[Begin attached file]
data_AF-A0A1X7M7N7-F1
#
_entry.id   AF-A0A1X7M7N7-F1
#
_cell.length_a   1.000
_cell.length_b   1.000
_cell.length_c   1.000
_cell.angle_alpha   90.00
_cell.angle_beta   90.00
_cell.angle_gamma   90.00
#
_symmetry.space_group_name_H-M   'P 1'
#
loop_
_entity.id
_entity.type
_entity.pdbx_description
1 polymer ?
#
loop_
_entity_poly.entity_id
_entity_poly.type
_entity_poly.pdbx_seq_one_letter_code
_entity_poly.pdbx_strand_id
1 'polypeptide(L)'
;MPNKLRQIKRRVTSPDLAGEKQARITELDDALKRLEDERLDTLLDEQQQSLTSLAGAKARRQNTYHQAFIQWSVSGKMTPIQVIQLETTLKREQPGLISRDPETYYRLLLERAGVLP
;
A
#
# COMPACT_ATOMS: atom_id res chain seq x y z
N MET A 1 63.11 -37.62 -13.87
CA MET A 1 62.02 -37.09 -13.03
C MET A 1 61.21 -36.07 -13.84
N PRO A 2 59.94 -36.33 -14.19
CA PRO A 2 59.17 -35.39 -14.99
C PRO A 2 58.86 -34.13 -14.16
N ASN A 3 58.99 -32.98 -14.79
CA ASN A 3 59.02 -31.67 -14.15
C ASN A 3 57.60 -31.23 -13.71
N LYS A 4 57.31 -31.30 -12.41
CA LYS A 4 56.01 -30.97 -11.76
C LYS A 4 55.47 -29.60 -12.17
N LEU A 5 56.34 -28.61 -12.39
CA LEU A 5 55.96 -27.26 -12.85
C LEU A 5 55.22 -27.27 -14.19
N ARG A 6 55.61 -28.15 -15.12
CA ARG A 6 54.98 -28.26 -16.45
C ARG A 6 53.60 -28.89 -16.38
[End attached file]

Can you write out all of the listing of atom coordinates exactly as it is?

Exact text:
data_AF-A0A1X7M7N7-F1
#
_entry.id   AF-A0A1X7M7N7-F1
#
_cell.length_a   1.000
_cell.length_b   1.000
_cell.length_c   1.000
_cell.angle_alpha   90.00
_cell.angle_beta   90.00
_cell.angle_gamma   90.00
#
_symmetry.space_group_name_H-M   'P 1'
#
loop_
_entity.id
_entity.type
_entity.pdbx_description
1 polymer ?
#
loop_
_entity_poly.entity_id
_entity_poly.type
_entity_poly.pdbx_seq_one_letter_code
_entity_poly.pdbx_strand_id
1 'polypeptide(L)'
;MPNKLRQIKRRVTSPDLAGEKQARITELDDALKRLEDERLDTLLDEQQQSLTSLAGAKARRQNTYHQAFIQWSVSGKMTPIQVIQLETTLKREQPGLISRDPETYYRLLLERAGVLP
;
A
#
# COMPACT_ATOMS: atom_id res chain seq x y z
N MET A 1 63.11 -37.62 -13.87
CA MET A 1 62.02 -37.09 -13.03
C MET A 1 61.21 -36.07 -13.84
N PRO A 2 59.94 -36.33 -14.19
CA PRO A 2 59.17 -35.39 -14.99
C PRO A 2 58.86 -34.13 -14.16
N ASN A 3 58.99 -32.98 -14.79
CA ASN A 3 59.02 -31.67 -14.15
C ASN A 3 57.60 -31.23 -13.71
N LYS A 4 57.31 -31.30 -12.41
CA LYS A 4 56.01 -30.97 -11.76
C LYS A 4 55.47 -29.60 -12.17
N LEU A 5 56.34 -28.61 -12.39
CA LEU A 5 55.96 -27.26 -12.85
C LEU A 5 55.22 -27.27 -14.19
N ARG A 6 55.61 -28.15 -15.12
CA ARG A 6 54.98 -28.26 -16.45
C ARG A 6 53.60 -28.89 -16.38